December brought a BBC documentary entitled ‘War on Britain’s Roads’. It created quite a stir, but it helped us to understand our own work better. As cycling advocates we make the case for the many benefits of human-powered transport, but we are not soldiers in a war which could be won or lost by fighting other road users.
Yet it was no accident that we were depicted in this confrontational light. Talk about cycling seems to fall into three modes. There is the hysterical mode which considers it downright suicidal to enter the road without airbag and ABS. Then there is the bad conscience mode of doing too little of it which Judith Green identified in her research into moral standards in transport (see Co-ordinator’s comment in Newsletter 103). Lastly, and most pervasively, we have the confrontational mode which pits drivers against cyclists and leads to talk of war and conflict. This mode is peculiarly British. It has to do with the media culture in this country, an aggressive style which flourishes when it can attach itself to a dispute or a fight, when it can disgrace some seemingly good thing or throw up some dirty linen. Readers have been trained to relish these vacuous fights. They attract eyeballs and advertising revenue. Journalists are well advised to keep the conflicts coming, and to construct them with their own pens. Journalists love cycling because it seems to offer cheap conflict fodder.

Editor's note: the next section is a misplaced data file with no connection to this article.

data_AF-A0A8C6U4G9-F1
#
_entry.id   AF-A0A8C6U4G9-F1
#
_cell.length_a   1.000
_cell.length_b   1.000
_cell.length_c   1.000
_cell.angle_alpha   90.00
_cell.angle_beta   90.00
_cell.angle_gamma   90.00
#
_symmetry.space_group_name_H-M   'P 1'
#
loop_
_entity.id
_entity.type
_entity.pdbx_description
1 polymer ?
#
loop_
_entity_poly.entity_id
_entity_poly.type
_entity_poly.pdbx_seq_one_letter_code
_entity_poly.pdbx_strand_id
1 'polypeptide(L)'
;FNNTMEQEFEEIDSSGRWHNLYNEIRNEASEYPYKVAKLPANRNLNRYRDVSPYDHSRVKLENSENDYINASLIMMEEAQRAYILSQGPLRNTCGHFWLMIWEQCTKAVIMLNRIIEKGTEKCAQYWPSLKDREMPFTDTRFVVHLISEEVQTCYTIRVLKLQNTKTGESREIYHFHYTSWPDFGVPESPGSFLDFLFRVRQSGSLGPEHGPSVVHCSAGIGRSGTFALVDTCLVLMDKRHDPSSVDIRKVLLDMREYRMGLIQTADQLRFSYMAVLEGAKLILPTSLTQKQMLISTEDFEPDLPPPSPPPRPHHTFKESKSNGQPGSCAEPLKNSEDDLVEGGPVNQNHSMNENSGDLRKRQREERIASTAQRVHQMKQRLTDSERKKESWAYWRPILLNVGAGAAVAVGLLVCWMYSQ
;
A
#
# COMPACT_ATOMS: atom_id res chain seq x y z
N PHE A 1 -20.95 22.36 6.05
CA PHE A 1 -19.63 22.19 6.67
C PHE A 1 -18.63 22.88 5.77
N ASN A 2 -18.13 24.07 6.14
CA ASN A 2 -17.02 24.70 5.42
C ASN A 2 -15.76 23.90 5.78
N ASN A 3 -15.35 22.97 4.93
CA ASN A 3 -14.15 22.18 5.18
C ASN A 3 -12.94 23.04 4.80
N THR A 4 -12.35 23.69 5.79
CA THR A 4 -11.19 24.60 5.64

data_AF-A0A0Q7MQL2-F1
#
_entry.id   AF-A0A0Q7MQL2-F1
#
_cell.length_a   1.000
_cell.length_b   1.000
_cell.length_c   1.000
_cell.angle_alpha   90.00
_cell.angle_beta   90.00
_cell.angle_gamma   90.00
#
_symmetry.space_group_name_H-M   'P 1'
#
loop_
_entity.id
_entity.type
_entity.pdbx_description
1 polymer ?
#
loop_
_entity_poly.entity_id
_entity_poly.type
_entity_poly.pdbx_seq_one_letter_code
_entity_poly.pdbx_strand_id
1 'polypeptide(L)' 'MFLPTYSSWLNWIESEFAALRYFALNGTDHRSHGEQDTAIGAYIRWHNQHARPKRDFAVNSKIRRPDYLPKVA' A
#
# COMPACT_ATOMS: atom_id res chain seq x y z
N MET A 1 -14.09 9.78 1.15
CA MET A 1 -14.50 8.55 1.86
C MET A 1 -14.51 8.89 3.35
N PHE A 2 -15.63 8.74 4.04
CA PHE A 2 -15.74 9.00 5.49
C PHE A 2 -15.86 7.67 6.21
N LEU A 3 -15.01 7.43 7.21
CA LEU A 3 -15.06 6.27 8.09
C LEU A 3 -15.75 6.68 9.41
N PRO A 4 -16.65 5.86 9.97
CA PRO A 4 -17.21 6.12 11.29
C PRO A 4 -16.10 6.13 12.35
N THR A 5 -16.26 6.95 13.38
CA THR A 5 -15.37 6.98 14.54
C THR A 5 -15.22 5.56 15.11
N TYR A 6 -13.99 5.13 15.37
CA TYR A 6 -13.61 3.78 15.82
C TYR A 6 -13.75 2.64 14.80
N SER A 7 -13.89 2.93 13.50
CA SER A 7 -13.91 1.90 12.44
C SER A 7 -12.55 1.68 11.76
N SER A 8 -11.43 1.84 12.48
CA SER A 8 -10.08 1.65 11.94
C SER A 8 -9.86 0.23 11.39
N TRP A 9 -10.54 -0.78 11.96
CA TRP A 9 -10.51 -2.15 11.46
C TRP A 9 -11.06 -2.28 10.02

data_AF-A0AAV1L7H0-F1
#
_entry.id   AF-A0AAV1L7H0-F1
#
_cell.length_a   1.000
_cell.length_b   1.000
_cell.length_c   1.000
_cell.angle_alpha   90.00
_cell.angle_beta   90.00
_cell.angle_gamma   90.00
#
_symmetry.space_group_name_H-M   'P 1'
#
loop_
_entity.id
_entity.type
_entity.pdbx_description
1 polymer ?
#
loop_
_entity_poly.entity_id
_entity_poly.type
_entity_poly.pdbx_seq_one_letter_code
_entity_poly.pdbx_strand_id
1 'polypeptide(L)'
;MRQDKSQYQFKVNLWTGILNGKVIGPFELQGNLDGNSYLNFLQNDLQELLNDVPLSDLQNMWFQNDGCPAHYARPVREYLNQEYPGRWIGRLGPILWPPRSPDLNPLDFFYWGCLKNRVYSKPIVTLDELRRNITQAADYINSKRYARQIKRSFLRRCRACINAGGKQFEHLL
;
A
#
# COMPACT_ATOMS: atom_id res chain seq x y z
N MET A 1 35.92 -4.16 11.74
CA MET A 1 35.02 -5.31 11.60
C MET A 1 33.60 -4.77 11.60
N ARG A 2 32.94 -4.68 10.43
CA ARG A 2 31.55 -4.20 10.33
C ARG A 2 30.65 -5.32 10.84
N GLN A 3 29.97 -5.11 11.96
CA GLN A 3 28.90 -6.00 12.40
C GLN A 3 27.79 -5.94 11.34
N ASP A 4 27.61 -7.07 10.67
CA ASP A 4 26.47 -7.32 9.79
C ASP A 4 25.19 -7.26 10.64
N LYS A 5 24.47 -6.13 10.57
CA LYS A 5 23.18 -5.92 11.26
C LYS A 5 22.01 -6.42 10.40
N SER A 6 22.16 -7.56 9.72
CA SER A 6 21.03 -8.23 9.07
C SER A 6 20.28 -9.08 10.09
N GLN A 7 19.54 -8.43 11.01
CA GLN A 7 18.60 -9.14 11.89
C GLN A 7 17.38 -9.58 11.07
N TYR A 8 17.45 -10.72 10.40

How different from the work I did with a local newspaper in California. Do you have more first-person stories of people that made the transition to cycling? Is it really possible to live without a car? What do you do when it rains? What about shopping? Such questions came from an ethos of community education and are a million miles from how our local press thinks about cycling. The steady focus on conflict has made invisible the opportunity, peculiar to the most-cycled city in our nation, to include human-powered transport in the Cambridge News weekly Drive supplement.
Politicians have a special responsibility when dealing with the press and its focus on conflict. They do get front page coverage when their words turn local partners into mortal enemies, but the issues remain unresolved. Therefore we shall stay clear of any such conflict and maintain the quiet calm of those who have learned something and want to share it because its time has come. And we must learn to speak not only as cyclists, but also as drivers, former drivers, pedestrians and bus passengers.
In the months ahead, we shall continue our work to remedy many decades of traffic planning which have produced a road network built for speed and cars, and failed to produce facilities which are welcoming and safe for all cyclists of all ages, including mothers and daughters, fathers and sons. As we learn the lesson of the BBC Road Wars and move away from the role the media has reserved for us and speak as residents, there will be significant opportunities in 2013. The County Council assumes responsibility for public health and will understand the benefits of large-scale adjustments to our roads which allow more people to choose the healthier ways of getting about. Connecting Addenbrooke’s and the Science Park, the Chisholm Trail would be just what the doctor ordered.
Michael Cahn, Co-ordinator